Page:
So yes, if Obama were to use his executive authority to raise the minimum wage for anyone, there would be Republican anger. But some progressives point out that wouldn’t be any different from a normal day.
“They don’t appreciate anything the president does anyway, so I don’t think he’d be losing much from them,” said Ellison.
- 1 Can Hillary Clinton Succeed on the Hill Where Obama Didn’t?
- 2 On Convention’s First Night, Bernie Sanders and His Supporters Upstage Clinton
- 3 The Gender Politics of Pence’s Governor Pick
- 4 The Rising Stars to Watch at the Democratic National Convention
- 5 Trump gets bounce from convention and now it’s Clinton’s turn
What We're Following See More »
Instead of his usual stump speech, Bernie Sanders tonight threw his support behind Hillary Clinton, providing a clear contrast between Clinton and GOP nominee Donald Trump on the many issues he used to discuss in his campaign stump speeches. Sanders spoke glowingly about the presumptive Democratic nominee, lauding her work as first lady and as a strong advocate for women and the poor. “We need leadership in this country which will improve the lives of working families, the children, the elderly, the sick and the poor,” he said. “Hillary Clinton will make a great president, and I am proud to stand with her tonight."
In a stark contrast from Michelle Obama's uplifting speech, Massachusetts Senator Elizabeth Warren spoke about the rigged system plaguing Americans before launching into a full-throated rebuke of GOP nominee Donald Trump. Trump is "a man who has never sacrificed anything for anyone," she claimed, before saying he "must never be president of the United States." She called him divisive and selfish, and said the American people won't accept his "hate-filled America." In addition to Trump, Warren went after the Republican Party as a whole. "To Republicans in Congress who said no, this November the American people are coming for you," she said.
"In this election, and every election, it's about who will have the power to shape our children for the next four or eight years of their lives," Michelle Obama said. "There is only one person who I trust with that responsibility … and that is our friend Hillary Clinton." In a personal and emotional speech, Michelle Obama spoke about the effect that angry oppositional rhetoric had on her children and how she chose to raise them. "When they go low, we go high," Obama said she told her children about dealing with bullies. Obama stayed mostly positive, but still offered a firm rebuke of Donald Trump, despite never once uttering his name. "The issues a president faces cannot be boiled down to 140 characters," she said.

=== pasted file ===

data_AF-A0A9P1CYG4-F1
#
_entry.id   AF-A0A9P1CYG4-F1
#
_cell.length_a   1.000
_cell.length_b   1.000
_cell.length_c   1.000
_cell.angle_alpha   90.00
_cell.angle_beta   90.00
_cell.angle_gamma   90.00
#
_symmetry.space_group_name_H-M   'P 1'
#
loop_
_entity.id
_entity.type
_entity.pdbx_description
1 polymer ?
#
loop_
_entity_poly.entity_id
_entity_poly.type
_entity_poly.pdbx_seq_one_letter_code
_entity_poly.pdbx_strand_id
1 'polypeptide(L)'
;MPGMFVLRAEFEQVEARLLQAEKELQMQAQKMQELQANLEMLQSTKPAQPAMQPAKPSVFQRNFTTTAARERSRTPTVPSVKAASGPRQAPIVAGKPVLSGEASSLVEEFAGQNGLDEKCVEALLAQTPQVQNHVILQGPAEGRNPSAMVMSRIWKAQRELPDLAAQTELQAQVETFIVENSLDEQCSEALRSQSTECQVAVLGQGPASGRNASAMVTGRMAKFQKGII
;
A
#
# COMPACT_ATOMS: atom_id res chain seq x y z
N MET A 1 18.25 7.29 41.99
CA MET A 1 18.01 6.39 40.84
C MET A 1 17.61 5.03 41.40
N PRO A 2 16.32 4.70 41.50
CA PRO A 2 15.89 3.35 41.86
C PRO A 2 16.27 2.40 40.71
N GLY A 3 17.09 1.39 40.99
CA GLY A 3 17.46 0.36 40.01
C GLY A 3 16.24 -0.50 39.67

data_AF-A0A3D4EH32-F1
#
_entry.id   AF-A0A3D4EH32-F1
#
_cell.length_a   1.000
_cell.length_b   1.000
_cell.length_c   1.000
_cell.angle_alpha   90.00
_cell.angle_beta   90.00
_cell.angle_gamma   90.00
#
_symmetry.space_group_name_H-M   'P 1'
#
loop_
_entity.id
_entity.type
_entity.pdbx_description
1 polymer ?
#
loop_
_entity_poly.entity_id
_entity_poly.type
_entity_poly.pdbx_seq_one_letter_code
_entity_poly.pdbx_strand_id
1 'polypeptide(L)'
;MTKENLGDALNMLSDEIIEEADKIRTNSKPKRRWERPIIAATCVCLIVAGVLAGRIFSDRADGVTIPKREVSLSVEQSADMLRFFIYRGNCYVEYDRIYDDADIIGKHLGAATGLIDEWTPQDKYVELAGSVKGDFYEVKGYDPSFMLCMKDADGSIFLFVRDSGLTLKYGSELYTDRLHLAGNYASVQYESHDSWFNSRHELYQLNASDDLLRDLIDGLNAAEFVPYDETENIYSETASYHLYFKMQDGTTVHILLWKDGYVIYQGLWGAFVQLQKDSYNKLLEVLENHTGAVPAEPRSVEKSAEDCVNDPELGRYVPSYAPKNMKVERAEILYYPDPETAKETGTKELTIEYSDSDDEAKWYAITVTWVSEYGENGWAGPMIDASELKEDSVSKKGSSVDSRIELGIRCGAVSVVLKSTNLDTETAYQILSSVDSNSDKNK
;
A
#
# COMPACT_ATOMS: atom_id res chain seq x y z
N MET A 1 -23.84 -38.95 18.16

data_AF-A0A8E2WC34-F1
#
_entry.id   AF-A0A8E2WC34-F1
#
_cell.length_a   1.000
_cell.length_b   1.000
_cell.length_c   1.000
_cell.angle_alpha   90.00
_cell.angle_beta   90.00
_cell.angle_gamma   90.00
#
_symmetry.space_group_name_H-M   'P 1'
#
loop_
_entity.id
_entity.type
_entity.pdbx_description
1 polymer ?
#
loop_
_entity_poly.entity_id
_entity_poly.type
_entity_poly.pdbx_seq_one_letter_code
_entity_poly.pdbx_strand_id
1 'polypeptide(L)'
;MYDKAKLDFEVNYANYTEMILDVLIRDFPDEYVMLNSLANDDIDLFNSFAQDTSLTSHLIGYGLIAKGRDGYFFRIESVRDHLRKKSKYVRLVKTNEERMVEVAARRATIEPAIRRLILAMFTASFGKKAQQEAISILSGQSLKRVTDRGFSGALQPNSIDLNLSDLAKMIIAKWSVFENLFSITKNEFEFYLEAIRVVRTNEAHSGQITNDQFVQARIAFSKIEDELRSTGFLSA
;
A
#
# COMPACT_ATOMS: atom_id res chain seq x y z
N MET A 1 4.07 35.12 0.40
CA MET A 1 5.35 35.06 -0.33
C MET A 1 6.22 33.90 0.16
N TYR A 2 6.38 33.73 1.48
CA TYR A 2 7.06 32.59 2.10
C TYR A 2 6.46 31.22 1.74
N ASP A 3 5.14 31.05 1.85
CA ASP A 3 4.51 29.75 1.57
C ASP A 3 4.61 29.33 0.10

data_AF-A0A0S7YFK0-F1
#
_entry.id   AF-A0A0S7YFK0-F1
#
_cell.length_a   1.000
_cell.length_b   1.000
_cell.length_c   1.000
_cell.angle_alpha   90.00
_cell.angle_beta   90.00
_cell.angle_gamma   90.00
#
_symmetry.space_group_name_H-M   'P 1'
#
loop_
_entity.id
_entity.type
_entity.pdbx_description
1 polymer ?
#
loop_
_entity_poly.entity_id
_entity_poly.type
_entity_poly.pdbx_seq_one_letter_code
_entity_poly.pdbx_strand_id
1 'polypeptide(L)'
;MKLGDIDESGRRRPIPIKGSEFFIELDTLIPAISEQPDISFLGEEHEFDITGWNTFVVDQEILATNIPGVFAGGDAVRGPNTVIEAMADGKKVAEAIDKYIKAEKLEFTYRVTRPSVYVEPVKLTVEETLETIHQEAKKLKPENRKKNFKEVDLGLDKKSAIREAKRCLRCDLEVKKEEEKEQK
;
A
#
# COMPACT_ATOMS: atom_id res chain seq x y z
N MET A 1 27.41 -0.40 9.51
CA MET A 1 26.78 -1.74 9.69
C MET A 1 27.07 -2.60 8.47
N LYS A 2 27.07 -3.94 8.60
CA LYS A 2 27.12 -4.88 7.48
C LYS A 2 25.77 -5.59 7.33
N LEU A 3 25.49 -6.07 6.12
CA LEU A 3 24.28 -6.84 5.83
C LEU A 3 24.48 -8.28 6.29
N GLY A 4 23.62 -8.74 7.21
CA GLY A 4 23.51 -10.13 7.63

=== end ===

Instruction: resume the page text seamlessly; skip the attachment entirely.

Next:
Many Bernie Sanders delegates have spent much of the first day of the Democratic National Convention resisting unity, booing at mentions of Hillary Clinton and often chanting "Bernie! Bernie!" Well, one of the most outspoken Bernie Sanders supporters just told them to take a seat. "To the Bernie-or-bust people: You're being ridiculous," said comedian Sarah Silverman in a brief appearance at the Convention, minutes after saying that she would proudly support Hillary Clinton for president.
The Democratic National Committee issued a formal apology to Bernie Sanders today, after leaked emails showed staffers trying to sabotage his presidential bid. "On behalf of everyone at the DNC, we want to offer a deep and sincere apology to Senator Sanders, his supporters, and the entire Democratic Party for the inexcusable remarks made over email," DNC officials said in the statement. "These comments do not reflect the values of the DNC or our steadfast commitment to neutrality during the nominating process. The DNC does not—and will not—tolerate disrespectful language exhibited toward our candidates."